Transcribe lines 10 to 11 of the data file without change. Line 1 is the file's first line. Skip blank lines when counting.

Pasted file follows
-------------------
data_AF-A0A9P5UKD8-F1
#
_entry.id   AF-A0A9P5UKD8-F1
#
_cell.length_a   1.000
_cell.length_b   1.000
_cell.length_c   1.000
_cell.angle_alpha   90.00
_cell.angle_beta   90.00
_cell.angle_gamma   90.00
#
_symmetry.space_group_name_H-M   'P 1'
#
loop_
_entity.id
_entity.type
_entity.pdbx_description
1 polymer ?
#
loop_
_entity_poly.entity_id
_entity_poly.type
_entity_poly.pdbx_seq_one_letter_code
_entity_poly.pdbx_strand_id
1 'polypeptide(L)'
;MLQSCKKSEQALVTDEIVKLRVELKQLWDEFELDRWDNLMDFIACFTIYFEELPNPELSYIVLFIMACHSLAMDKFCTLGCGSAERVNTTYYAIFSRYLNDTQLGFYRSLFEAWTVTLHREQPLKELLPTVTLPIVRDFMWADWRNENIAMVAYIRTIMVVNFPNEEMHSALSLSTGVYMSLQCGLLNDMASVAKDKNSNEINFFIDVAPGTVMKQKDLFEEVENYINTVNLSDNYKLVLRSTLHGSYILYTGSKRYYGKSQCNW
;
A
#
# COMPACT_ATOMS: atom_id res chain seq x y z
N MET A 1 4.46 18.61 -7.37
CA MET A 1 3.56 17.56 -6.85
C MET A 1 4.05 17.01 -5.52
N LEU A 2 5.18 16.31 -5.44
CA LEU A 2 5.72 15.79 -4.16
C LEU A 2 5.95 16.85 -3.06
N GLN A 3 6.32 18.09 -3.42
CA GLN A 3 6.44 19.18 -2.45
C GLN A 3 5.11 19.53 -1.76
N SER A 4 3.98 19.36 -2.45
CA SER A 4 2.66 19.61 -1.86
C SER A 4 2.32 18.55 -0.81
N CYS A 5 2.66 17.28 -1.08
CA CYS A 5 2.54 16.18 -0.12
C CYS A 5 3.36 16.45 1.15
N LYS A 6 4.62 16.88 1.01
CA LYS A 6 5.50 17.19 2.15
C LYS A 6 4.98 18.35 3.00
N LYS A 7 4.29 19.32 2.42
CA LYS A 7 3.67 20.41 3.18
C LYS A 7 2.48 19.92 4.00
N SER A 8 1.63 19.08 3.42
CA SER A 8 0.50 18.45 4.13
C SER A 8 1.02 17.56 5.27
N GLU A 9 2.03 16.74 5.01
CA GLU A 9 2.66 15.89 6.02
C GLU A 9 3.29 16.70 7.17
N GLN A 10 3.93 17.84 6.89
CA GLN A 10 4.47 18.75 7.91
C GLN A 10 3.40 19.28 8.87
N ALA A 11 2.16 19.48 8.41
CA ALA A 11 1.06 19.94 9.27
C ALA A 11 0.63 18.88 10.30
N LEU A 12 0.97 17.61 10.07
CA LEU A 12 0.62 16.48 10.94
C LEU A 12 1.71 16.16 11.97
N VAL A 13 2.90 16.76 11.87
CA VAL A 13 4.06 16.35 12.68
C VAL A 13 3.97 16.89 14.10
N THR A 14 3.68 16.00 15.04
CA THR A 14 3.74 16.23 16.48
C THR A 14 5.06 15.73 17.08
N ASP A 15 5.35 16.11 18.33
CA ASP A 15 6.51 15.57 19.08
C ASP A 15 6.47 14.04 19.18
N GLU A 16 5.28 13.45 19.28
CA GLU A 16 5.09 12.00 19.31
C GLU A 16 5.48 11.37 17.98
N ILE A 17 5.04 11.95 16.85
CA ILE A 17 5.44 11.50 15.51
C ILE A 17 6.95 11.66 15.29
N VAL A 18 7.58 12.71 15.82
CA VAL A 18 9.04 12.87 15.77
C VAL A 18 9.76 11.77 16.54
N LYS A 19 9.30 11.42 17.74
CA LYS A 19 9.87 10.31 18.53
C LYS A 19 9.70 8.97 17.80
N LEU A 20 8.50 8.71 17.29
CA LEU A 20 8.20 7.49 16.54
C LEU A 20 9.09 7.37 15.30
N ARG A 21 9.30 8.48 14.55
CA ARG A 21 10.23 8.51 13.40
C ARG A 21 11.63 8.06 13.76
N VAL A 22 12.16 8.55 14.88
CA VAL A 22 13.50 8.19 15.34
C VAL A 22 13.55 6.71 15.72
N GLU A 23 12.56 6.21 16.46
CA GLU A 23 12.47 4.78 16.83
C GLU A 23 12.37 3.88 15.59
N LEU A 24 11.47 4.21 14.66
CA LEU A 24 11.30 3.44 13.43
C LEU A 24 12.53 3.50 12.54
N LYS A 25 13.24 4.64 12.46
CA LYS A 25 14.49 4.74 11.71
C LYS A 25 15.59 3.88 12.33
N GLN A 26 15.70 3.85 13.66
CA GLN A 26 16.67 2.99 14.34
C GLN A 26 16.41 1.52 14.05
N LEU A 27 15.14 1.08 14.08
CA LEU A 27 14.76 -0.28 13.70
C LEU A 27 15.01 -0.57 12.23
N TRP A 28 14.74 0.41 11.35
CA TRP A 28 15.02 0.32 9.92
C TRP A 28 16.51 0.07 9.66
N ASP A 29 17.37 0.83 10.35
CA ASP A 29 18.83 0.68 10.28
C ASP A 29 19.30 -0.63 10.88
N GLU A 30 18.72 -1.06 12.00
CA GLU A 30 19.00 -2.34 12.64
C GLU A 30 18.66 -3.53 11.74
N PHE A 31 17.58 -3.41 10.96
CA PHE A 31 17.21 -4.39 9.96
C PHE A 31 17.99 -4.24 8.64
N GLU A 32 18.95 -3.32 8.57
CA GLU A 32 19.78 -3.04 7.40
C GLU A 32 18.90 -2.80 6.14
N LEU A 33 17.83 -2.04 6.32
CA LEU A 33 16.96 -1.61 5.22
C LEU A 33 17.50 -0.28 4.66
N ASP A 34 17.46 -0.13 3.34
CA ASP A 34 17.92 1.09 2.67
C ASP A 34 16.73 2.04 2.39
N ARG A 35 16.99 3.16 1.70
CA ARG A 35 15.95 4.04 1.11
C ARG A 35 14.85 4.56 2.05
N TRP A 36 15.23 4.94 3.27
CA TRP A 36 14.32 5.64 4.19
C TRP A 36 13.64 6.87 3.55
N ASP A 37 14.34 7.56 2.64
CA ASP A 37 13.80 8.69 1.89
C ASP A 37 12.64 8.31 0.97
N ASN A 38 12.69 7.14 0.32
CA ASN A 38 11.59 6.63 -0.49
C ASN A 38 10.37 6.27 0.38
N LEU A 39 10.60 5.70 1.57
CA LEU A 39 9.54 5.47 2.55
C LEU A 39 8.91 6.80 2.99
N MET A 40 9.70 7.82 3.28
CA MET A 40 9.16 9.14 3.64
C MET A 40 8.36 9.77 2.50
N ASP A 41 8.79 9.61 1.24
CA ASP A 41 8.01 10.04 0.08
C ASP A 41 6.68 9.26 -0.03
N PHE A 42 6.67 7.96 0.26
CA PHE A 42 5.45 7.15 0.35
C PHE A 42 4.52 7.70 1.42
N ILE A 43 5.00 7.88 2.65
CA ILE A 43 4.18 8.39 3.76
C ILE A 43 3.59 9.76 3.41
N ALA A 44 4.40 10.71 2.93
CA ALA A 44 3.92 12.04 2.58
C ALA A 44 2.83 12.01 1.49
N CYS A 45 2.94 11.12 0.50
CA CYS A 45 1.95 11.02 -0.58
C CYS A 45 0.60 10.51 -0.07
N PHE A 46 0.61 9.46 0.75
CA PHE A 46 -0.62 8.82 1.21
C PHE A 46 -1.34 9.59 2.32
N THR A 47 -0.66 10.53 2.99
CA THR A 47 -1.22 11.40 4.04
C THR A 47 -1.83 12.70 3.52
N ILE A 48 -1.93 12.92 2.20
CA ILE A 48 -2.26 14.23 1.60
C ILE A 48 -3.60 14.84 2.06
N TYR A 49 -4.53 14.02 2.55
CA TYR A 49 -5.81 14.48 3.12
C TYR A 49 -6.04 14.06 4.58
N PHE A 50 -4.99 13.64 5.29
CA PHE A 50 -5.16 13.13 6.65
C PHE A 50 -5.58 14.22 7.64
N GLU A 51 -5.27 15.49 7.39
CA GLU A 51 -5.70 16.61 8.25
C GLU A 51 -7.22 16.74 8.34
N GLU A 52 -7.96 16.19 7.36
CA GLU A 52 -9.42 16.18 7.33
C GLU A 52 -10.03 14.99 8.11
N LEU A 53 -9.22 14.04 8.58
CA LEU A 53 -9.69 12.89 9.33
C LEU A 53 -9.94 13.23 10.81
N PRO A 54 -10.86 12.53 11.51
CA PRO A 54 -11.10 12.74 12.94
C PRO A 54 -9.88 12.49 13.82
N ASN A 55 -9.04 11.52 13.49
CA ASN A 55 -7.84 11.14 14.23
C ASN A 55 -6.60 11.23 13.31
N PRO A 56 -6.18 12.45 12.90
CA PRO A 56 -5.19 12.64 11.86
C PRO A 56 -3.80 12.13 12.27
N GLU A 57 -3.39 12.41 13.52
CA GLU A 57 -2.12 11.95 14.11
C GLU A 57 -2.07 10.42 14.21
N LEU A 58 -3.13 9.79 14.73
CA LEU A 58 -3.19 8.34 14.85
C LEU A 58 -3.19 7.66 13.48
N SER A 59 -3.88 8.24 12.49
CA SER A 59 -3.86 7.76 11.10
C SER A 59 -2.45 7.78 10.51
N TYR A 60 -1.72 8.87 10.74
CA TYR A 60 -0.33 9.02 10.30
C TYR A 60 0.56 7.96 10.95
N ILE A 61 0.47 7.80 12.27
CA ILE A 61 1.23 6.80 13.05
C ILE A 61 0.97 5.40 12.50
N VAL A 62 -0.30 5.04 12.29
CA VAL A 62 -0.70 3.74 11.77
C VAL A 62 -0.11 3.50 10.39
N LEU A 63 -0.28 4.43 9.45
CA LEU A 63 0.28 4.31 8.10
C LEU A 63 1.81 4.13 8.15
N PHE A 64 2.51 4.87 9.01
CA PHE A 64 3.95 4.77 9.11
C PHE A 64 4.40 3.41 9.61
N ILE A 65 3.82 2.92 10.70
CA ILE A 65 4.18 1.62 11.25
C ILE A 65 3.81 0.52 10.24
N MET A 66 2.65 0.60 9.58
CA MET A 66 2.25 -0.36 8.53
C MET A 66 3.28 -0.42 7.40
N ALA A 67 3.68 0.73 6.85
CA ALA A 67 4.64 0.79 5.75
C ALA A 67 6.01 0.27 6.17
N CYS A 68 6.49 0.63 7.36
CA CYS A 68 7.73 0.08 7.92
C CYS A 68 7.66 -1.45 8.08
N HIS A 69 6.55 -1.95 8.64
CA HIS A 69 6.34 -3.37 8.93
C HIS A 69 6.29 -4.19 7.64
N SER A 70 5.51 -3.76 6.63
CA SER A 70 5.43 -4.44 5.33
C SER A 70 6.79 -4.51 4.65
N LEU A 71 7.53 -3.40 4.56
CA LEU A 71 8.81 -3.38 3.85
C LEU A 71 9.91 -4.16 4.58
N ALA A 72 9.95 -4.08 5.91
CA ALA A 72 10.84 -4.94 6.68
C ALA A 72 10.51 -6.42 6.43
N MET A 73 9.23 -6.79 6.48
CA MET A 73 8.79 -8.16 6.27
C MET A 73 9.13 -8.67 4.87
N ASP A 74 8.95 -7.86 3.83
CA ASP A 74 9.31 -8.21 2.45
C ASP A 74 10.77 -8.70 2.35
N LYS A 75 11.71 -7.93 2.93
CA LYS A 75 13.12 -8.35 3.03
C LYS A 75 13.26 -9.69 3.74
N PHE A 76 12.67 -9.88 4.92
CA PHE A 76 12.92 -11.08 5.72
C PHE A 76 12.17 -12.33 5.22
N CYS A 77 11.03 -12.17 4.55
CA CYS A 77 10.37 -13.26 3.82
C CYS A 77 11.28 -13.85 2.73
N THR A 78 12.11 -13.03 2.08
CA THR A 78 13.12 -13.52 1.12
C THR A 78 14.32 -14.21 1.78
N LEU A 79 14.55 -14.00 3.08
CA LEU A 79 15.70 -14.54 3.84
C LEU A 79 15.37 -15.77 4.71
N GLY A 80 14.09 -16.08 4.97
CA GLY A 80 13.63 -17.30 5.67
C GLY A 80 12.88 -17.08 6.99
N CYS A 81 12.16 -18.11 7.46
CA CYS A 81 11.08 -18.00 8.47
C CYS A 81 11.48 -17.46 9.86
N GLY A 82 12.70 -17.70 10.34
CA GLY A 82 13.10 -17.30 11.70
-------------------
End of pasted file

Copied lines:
_cell.angle_gamma   90.00
#